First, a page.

“ Genre: Children's DVDs - Disney / Parental Guidance / Director: Jonathan Turteltaub / Actors: Nicolas Cage, Jay Baruchel, Monica Bellucci, Alfred Molina ... / DVD released 2010-12-06 at Walt Disney Home Entertainment / Features of the DVD: PAL „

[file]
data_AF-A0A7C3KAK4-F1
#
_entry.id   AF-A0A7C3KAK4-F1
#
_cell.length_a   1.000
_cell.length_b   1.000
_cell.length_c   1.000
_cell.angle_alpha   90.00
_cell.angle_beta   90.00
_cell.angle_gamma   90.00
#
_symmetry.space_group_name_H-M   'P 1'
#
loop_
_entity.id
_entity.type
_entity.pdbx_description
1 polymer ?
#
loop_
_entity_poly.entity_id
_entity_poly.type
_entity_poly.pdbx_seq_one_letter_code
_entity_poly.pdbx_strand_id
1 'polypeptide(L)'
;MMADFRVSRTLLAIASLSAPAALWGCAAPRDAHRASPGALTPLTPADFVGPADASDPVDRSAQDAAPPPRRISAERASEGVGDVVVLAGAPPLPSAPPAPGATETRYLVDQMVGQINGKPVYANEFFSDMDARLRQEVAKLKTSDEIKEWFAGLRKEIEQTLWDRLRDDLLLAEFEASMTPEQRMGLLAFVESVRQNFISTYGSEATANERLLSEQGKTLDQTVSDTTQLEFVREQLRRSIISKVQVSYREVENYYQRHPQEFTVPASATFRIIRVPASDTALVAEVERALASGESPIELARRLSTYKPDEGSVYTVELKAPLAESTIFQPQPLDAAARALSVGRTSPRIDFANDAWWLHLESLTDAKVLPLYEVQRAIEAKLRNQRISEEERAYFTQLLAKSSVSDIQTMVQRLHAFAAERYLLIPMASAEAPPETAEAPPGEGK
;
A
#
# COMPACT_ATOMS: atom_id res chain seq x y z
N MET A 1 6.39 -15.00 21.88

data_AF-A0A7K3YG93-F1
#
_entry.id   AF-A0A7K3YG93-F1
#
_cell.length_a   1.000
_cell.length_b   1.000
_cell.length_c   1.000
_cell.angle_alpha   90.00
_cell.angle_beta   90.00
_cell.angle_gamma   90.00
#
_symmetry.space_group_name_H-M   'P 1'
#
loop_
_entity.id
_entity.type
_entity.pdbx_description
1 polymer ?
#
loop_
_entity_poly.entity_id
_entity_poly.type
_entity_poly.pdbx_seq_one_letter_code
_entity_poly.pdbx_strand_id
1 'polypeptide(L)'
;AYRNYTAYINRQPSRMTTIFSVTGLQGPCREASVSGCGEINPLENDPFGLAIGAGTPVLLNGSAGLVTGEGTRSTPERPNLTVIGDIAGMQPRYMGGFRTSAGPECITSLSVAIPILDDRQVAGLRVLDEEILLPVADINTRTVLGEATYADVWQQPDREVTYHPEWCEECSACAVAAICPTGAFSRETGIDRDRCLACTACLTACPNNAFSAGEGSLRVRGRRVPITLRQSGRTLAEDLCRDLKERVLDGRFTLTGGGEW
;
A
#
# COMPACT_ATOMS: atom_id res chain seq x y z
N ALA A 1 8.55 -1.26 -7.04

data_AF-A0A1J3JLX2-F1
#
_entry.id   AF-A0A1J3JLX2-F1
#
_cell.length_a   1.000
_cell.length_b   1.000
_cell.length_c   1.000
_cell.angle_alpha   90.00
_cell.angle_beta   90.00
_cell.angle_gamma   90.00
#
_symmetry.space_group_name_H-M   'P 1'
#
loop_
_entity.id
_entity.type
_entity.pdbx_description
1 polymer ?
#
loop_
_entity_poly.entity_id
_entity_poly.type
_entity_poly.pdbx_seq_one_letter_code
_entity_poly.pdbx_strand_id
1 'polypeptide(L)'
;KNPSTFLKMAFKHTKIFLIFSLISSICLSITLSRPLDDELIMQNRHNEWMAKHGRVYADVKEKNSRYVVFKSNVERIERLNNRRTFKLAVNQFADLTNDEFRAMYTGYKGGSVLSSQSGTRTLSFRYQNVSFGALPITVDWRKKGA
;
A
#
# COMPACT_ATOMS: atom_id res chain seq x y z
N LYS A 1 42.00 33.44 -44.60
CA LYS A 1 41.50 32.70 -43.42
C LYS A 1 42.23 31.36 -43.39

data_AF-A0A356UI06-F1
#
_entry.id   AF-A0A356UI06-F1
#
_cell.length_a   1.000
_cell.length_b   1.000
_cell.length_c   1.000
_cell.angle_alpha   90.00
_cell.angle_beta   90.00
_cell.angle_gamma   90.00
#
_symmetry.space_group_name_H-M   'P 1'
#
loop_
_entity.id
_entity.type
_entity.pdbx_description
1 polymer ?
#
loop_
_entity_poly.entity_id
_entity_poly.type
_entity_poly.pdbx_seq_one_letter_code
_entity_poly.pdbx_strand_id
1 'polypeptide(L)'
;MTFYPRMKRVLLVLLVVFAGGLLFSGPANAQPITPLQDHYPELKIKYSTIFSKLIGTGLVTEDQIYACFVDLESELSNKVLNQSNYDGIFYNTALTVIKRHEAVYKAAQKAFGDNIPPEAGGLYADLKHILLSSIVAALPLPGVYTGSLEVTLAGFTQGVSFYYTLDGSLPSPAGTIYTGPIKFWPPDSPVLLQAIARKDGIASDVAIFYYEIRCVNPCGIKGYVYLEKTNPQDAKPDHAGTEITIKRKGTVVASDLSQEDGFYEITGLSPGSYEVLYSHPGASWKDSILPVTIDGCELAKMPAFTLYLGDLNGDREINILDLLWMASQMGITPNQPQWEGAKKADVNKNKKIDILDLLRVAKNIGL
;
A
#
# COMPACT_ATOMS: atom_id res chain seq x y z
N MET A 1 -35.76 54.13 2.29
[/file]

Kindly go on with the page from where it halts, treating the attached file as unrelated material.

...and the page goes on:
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**FILM ONLY REVIEW** When I first heard that Disney was 'remaking' the Sorcerer's Apprentice (the five minute animated sequence from Fantasia) into a live-action feature length movie, I did wonder how they could stretch out a relatively simple plot into a whole film, but then I saw it was produced by Jerry Bruckheimer, who managed to spin four films out of the Pirates of the Caribbean theme park ride. The initial prologue takes place during Medieval times and shows the relationship between the three sorcerers, Balthazar (Nicholas Cage), Horvath (Alfred Molina) and Veronica (Monica Bellucci) and their master, Merlin. Horvath, jealous of Balthazar and Veronica's relationship betrays them with Merlin's nemesis, Morgana, who Veronica sacrifices herself to entrap in a prison, which Balthazar protects until he can find the chosen one who is prophesied to destroy the witch, Morgana. The film then cuts to present-day, which surprised me as I expected it to be something of a Medieval epic, so seeing the bulk of the story take place in modern times was interesting. Balthazar comes across his chosen one and tries to train him as his apprentice, in preparation for the final battle against the witch, Morgana. Considering the story was influenced by the Mickey Mouse animated sequence in Fantasia, there isn't much reference to it apart from a brief enjoyable scene involving the mops, brooms and water. The storyline is surprisingly watchable, and feels like a post-modern Harry Potter, although it doesn't have the same charm and rich universe to launch its own franchise to compete with those movies. Nicholas Cage puts in a good performance as Balthazar, with some wry one-liners and amusing visual jokes. He seems confident in his role as Sorcerer and most of the way through the film, I was thinking 'how comes he isn't the chosen one himself' since he had a better grip on his powers compared to Dave, his apprentice. Alfred Molina, who spends his time searching for the Russian-doll prison that keeps his mistress trapped, is a very watchable villain, managing to give a nice air of menace about the film, despite its Disney roots. The weakest factor is the character of Dave himself, played by Jay Baruchel, who seems to be unconvincing as the reluctant apprentice and looks far too old for the part of a 20-year old with quite noticeable stubble in places. The special effects are impressive, as are the choreographed action scenes. Watching experienced Sorcerers such as Balthazar and Horvath flinging spells at each other and attempting to outsmart each other with various traps and prisons is very enjoyable to watch. Unfortunately, the final battle seems to be less energetic than the previous ones but it is still enjoyable to watch. While I doubt there will be a sequel to this film, it is a very enjoyable family film and shouldn't really be judged on-par with the Fantasia animated short that it shares its name with. I would recommend it to fans of the other Jerry Bruckheimer productions, such as the Pirates of the Caribbean or National Treasure series. Fans of Harry Potter may like this, but find it lacking in comparison to the expansive universe and complex storytelling of that franchise. [This Review may be published on Amazon & Ciao.co.uk]